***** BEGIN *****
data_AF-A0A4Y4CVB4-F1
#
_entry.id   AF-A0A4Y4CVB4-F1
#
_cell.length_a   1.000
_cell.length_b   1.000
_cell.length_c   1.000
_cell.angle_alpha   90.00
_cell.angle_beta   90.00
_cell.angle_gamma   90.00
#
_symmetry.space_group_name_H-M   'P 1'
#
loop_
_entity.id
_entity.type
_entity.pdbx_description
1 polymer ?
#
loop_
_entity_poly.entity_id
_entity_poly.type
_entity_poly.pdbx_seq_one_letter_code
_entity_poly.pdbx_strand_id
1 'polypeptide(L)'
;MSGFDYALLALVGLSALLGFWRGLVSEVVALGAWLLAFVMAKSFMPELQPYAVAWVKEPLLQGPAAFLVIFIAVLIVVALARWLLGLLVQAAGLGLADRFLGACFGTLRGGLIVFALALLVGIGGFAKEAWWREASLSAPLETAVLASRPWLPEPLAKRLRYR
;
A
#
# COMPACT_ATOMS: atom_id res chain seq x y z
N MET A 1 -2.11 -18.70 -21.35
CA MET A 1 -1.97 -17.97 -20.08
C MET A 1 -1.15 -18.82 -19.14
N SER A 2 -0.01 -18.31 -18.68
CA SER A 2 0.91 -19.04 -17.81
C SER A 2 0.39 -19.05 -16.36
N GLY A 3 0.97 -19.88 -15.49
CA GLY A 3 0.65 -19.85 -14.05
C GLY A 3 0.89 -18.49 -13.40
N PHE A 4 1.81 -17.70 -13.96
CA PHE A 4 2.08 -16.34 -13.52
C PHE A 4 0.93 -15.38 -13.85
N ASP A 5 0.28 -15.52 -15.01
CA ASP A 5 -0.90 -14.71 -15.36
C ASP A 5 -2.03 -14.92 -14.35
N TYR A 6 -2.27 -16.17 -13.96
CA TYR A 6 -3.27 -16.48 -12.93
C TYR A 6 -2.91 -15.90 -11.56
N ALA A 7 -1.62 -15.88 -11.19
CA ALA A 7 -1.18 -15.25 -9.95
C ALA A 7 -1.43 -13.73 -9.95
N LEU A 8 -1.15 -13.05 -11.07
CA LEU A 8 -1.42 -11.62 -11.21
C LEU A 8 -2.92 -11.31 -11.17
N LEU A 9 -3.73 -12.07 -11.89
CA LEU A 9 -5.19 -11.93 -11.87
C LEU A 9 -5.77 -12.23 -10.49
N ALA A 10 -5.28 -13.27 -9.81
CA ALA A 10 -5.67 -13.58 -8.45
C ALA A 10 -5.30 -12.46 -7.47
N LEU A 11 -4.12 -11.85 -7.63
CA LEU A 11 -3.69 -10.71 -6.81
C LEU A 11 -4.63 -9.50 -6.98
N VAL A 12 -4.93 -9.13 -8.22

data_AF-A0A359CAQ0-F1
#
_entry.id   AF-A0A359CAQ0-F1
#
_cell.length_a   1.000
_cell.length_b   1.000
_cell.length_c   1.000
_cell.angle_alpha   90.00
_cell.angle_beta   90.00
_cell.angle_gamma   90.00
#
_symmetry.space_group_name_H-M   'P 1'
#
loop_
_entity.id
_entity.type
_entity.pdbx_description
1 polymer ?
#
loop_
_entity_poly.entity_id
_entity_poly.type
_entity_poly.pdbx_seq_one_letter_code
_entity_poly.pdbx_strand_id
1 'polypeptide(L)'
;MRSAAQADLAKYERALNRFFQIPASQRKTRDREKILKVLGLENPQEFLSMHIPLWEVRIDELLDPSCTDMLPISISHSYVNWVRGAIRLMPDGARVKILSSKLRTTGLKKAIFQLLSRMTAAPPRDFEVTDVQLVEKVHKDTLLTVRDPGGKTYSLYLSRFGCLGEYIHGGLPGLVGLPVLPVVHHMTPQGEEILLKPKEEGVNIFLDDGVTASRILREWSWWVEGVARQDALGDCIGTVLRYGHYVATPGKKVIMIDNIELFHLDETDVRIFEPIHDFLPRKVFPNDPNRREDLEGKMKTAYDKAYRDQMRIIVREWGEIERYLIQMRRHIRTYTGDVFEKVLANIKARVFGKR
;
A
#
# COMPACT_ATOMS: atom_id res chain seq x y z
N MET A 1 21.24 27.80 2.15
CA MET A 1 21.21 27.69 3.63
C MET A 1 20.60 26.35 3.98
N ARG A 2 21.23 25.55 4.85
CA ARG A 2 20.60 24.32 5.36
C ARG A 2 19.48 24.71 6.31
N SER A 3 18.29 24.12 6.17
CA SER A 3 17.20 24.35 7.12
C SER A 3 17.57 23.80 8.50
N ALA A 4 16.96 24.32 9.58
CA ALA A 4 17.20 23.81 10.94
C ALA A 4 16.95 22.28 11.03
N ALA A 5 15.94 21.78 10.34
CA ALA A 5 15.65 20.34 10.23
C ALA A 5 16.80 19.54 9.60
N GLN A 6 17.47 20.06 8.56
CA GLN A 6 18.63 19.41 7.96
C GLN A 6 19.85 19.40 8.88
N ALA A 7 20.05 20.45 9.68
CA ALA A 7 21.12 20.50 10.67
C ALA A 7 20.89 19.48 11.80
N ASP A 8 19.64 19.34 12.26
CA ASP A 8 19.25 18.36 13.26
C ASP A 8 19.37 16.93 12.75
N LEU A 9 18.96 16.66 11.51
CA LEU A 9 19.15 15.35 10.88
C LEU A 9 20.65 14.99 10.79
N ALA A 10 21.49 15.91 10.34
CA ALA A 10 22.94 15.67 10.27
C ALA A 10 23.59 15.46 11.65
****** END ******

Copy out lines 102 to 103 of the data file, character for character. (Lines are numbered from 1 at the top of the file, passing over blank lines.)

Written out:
CA SER A 3 17.20 24.35 7.12
C SER A 3 17.57 23.80 8.50